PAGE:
Professor's Book Explores Supply Chains for Perishable Products

June 13, 2013

A new book by Isenberg professor Anna Nagurney and members of her research team examines supply chain models and analytics for perishable, time sensitive  products, including food, blood supplies, fashion apparel, and nuclear materials in health diagnostics. In the book, Networks against Time: Supply Chain Analytics for Perishable Products  (Springer) Nagurney, who is John F. Smith Memorial Professor of Operations Management, is joined by Ladimer Nagurney and recent Isenberg Management Science Ph.D. graduates Min Yu and Amir Masoumi.


Networks against Time's robust methodology for improving efficiency in complex networks incorporates special constraints of perishability and time sensitivity. The book's model of fresh produce supply chains accounts for spoilage and discarding costs. Its model of blood supply chains incorporates discarding costs associated with waste/disposal and uncertainty associated with demand points. Each of the book's product studies includes a case study.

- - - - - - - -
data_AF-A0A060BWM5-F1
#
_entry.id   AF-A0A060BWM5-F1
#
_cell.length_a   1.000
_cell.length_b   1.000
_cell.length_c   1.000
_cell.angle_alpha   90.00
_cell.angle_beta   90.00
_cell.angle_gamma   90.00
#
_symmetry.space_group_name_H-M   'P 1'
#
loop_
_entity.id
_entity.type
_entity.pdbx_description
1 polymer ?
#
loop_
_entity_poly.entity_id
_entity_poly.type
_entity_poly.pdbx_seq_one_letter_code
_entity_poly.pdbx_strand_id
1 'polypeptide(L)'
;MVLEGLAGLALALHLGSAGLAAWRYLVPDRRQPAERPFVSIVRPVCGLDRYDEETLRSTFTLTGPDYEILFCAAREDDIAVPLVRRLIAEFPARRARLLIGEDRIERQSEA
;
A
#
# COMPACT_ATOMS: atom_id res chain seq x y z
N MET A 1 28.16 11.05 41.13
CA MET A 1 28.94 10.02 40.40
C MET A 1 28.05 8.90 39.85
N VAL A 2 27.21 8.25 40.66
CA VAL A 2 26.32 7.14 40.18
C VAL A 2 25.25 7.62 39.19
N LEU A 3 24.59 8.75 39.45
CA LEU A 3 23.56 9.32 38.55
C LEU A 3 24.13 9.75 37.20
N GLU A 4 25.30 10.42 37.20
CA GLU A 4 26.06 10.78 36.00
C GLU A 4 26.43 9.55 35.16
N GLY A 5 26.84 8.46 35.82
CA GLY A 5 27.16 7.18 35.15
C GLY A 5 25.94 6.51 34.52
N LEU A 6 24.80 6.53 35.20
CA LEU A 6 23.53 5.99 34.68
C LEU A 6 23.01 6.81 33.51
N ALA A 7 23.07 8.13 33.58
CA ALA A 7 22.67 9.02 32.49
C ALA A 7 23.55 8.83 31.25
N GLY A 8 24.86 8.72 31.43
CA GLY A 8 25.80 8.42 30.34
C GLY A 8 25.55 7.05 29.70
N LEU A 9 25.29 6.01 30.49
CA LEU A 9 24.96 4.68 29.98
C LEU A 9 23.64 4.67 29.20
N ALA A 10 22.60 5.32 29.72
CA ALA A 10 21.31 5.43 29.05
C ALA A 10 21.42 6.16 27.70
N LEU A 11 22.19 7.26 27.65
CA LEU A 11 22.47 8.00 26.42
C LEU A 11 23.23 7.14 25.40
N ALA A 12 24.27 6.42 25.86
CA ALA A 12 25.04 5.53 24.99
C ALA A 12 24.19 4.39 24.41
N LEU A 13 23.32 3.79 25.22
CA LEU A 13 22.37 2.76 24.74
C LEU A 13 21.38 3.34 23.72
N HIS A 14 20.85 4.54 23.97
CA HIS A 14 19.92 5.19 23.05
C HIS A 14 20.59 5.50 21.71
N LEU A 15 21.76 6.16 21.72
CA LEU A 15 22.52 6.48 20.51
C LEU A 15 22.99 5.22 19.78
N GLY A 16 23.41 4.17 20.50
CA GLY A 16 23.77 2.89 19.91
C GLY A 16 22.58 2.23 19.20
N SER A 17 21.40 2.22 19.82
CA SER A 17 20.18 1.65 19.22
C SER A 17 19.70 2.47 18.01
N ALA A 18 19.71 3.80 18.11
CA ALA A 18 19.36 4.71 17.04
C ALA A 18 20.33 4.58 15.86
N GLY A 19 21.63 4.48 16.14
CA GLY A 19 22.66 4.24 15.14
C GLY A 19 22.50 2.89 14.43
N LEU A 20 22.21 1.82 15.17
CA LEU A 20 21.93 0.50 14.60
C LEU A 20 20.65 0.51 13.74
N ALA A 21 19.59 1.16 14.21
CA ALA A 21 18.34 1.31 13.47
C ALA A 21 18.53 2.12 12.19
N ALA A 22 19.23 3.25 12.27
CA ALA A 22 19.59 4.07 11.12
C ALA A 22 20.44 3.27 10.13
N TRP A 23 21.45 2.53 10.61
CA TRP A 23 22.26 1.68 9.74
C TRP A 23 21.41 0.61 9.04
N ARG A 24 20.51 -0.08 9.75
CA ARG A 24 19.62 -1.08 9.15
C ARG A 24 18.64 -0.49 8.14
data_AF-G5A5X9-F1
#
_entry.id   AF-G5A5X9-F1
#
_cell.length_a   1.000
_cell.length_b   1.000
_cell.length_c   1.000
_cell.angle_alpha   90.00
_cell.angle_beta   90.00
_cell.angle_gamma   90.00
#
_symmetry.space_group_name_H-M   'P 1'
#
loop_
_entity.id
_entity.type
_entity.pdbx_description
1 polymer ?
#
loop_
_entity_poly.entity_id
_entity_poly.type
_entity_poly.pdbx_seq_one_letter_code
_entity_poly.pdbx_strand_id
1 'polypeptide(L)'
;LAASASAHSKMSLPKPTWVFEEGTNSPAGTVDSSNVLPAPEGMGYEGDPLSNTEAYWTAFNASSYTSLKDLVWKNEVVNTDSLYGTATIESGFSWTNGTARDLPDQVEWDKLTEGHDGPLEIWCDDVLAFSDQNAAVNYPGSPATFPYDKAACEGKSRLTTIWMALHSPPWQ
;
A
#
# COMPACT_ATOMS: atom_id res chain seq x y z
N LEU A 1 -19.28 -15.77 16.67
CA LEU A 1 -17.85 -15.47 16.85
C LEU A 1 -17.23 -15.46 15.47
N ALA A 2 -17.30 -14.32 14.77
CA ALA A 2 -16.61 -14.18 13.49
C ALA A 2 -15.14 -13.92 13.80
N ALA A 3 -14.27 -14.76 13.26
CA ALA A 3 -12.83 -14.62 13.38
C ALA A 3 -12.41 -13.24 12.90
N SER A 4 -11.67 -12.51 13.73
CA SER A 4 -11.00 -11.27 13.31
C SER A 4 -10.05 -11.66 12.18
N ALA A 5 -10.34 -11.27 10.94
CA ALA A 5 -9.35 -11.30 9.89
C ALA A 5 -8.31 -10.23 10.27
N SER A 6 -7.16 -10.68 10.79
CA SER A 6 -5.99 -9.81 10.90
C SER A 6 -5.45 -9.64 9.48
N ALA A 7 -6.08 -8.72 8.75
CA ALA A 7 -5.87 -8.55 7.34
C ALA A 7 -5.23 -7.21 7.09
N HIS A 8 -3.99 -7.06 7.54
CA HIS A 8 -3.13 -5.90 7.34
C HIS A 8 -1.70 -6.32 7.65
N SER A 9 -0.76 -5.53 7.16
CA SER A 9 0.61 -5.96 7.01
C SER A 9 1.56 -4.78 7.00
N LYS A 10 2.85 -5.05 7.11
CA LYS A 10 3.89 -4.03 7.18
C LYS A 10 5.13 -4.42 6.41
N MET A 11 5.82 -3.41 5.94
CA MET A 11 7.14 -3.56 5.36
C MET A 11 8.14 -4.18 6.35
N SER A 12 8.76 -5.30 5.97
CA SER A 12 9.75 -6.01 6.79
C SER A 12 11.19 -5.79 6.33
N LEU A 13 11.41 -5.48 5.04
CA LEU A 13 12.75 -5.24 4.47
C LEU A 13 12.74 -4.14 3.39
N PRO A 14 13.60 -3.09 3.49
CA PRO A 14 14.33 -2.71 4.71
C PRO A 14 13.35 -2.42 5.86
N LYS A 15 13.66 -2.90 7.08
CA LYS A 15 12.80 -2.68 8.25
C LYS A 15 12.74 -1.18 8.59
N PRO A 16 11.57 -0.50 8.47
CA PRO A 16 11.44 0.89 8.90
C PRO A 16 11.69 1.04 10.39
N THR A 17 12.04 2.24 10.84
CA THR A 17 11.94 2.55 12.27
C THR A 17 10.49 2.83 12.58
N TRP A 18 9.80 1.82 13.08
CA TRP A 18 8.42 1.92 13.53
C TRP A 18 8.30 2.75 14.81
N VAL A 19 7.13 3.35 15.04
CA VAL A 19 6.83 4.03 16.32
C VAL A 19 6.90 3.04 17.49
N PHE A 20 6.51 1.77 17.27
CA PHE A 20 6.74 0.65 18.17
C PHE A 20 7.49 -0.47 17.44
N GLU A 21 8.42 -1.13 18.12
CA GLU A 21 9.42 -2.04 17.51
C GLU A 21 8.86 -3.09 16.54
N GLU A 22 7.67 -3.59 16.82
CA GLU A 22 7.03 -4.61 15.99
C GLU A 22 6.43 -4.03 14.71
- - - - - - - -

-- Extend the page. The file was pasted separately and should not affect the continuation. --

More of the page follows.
"Supply chain networks have emerged as the backbone of economic activities in the modern world," notes Nagurney. "They may span thousands of miles, involve numerous interacting decision makers, and be underpinned by multimodal transportation and telecommunication networks," she continues. "Their importance to the timely and efficient delivery of products as varied as food, energy, pharmaceuticals, clothing, computer hardware, and even toys, has fueled an immense interest in their analysis. When supply chain disruptions occur, whether due to natural disasters, human error, attacks, or even market failure, the ramifications can propagate and impact the health and well-being of the citizenry," adds Nagurney, who is director of the Virtual Center for Supernetworks at Isenberg.


A faculty member in Isenberg's Department of Operations & Information Management (OIM), Nagurney immerses students in supply chain modeling and management in her popular course, Logistics and Transportation. She also offers the innovative course, Humanitarian Logistics & Healthcare, devoted to crisis preparedness and management. Emphasizing supply chain management as an upward-trending core competency, Isenberg's OIM department also regularly offers Supply Chain Management, Business Processes and Enterprise Systems, Business Intelligence, and related courses to Isenberg students.